How to thrive on a gluten-free vegan diet

Author: Beth Raven

Read Time:   |  11th May 2020

Beth Raven guides you through the steps to take when dealing with a double dietary dilemma for those following a gluten-free vegan diet

Thankfully following a vegan diet is now widely accepted and catered for, but what happens when a second dietary requirement is added? Removing gluten from the diet in addition to being vegan, whether it’s for personal preference or for health reasons, can sometimes feel daunting or overwhelming. It needn’t be either, in fact it can be very abundant and enjoyable. I’ll show you how to simplify your dietary requirements while staying healthy

What is a gluten-free diet?

A gluten-free diet is one that excludes all foods containing gluten, including:

  • Wheat
  • Barley
  • Rye

Why go gluten-free?

Coeliac Disease, Wheat Allergy or Gluten Intolerance and Sensitivity Certain people cannot digest the protein in gluten called ‘gliadin’ as it causes an adverse reaction in their body. These people need to exclude all gluten and even be sure to avoid cross-contamination from things like shared utensils and chopping boards, as even one crumb can make them very sick!

Personal preference

Many people avoid gluten simply because they feel better when they don’t eat it, but please remember to talk to a healthcare professional such as a Nutritional Therapist to make sure you’re maintaining a balanced diet.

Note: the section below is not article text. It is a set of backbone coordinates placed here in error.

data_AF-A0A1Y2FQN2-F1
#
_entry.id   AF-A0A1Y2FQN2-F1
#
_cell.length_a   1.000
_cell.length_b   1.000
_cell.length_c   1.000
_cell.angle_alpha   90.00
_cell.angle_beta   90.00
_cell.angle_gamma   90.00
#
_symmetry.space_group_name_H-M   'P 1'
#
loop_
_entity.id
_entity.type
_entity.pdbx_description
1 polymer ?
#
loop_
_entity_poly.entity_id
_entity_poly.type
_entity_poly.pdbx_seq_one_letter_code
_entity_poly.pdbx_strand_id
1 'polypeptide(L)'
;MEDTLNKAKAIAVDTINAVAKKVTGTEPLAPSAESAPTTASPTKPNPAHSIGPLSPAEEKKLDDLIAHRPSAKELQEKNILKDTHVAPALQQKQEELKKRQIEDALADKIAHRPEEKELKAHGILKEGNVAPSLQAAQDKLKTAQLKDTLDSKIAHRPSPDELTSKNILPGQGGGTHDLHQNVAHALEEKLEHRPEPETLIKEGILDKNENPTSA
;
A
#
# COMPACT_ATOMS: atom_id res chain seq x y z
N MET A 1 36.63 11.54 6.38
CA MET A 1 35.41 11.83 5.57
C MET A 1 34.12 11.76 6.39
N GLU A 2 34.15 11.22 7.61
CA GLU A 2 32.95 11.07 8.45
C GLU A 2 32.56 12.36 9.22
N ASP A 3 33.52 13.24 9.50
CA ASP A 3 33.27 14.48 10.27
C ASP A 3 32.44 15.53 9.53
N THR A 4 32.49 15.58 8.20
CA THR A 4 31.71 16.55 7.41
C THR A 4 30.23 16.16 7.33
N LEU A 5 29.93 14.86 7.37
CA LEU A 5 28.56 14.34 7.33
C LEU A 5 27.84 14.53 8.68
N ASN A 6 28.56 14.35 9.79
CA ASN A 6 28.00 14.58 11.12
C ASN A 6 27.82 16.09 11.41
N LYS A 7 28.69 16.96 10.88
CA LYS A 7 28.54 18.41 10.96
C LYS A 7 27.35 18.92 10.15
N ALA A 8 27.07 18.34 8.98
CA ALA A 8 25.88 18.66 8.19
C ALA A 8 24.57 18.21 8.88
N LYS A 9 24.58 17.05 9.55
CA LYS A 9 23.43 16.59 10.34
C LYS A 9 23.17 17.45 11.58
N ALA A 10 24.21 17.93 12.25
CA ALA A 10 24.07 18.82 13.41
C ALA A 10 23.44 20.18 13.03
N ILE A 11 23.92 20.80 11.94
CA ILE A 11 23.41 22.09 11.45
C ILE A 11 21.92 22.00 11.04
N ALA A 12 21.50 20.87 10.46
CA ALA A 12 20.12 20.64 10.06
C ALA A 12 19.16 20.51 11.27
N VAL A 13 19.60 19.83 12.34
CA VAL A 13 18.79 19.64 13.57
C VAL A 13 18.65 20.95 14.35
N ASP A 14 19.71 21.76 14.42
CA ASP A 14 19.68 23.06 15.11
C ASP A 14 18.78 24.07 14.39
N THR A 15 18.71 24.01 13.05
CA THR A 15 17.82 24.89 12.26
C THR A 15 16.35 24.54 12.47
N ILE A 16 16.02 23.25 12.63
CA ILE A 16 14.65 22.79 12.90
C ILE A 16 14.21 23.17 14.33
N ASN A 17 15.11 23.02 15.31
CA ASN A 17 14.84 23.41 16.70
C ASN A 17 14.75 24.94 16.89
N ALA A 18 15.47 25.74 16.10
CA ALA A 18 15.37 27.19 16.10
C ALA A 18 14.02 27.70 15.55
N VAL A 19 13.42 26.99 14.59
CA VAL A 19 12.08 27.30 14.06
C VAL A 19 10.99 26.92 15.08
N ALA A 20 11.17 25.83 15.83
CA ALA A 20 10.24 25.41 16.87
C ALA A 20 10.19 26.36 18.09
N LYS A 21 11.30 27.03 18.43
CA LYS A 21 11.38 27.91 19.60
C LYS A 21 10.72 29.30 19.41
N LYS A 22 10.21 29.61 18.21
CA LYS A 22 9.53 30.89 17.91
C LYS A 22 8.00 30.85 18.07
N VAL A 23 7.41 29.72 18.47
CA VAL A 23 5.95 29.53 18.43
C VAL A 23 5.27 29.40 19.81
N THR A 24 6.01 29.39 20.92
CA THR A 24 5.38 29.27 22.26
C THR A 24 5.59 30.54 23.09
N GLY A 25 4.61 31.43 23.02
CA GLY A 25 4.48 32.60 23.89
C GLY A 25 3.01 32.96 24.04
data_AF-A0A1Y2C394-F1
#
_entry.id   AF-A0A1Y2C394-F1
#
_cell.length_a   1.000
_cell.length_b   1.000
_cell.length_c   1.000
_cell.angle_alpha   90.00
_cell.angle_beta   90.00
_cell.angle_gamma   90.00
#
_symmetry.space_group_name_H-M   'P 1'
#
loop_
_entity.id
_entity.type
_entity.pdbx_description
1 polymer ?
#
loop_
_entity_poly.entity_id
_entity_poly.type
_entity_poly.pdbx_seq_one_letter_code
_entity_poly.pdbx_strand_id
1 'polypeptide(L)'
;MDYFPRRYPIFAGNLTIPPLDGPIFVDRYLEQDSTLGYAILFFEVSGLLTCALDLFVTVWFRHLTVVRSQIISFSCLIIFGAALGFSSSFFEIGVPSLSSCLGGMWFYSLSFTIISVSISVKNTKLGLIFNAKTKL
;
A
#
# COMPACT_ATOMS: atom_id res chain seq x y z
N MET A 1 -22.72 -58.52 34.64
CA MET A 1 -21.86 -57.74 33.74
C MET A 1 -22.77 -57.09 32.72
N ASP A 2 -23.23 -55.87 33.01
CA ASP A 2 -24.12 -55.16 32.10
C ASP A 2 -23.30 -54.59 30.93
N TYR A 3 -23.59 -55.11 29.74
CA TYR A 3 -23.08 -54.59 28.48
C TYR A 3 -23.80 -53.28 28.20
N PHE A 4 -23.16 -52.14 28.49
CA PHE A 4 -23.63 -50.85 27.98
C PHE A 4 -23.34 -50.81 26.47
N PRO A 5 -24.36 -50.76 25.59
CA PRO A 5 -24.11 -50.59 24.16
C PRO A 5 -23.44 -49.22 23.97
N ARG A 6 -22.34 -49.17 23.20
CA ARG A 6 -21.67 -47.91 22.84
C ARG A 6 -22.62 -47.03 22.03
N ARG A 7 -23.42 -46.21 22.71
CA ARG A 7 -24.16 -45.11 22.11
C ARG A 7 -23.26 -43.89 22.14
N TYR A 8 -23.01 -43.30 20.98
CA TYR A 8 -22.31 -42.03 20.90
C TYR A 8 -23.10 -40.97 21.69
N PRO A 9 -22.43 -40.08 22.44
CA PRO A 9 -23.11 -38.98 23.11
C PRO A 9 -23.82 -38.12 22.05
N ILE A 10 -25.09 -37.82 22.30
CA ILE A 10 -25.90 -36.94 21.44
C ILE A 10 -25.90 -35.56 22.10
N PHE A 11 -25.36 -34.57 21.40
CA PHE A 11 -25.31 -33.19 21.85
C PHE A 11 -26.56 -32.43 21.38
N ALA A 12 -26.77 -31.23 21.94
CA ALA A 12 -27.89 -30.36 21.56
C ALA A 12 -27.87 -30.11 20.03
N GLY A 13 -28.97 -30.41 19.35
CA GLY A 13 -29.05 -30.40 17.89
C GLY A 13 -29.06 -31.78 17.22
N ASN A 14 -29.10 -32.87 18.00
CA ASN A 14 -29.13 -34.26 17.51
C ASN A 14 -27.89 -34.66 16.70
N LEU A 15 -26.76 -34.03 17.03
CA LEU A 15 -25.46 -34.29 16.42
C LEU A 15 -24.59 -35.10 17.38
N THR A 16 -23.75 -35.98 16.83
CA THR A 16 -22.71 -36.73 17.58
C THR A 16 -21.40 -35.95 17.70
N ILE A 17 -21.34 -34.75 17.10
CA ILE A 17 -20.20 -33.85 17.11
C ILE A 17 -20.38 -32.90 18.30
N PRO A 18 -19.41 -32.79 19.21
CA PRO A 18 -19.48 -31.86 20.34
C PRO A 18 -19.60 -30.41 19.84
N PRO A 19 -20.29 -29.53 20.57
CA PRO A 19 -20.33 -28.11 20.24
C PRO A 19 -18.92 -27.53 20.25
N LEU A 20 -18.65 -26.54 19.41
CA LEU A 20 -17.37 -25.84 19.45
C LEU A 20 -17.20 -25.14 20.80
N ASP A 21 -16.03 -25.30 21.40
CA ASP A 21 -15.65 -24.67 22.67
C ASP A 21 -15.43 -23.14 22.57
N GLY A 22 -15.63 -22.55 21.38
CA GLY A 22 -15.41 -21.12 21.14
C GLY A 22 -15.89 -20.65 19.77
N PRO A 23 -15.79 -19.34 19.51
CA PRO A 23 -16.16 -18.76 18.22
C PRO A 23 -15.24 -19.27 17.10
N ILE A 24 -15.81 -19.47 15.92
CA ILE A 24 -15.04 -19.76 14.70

Know your food labels

As gluten is in the top 14 allergens, it has to be clearly labelled in bold on food packaging. For a product to state that it’s ‘gluten-free’ on packaging, it has to be suitable for those with coeliac disease, which means it has to contain less than 20ppm (parts per million).

Vegan and gluten-free – What can I eat?

There are plenty of foods to enjoy on a vegan and gluten-free diet so you’ll never feel like you’re missing out.

Cupboard staples

There are easy swaps such as switching traditional wheat flour for buckwheat flour in a recipe. There are other options too, such as these glutenfree grains and alternatives:

  • Oats — are naturally gluten-free, but often contaminated in processing, so choose gluten-free certified oats if coeliac
  • Rice (including all types such as brown/wild)
  • Corn
  • Quinoa
  • Buckwheat
  • Millet
  • Amaranth/Sorghum/Teff
  • Tapioca/ Cassava
  • Potato flour
  • Almond flour

Potatoes and sweet potatoes are completely gluten-free and are a versatile option when following a vegan gluten-free diet, as they can be used in cooking as well as sweet recipes.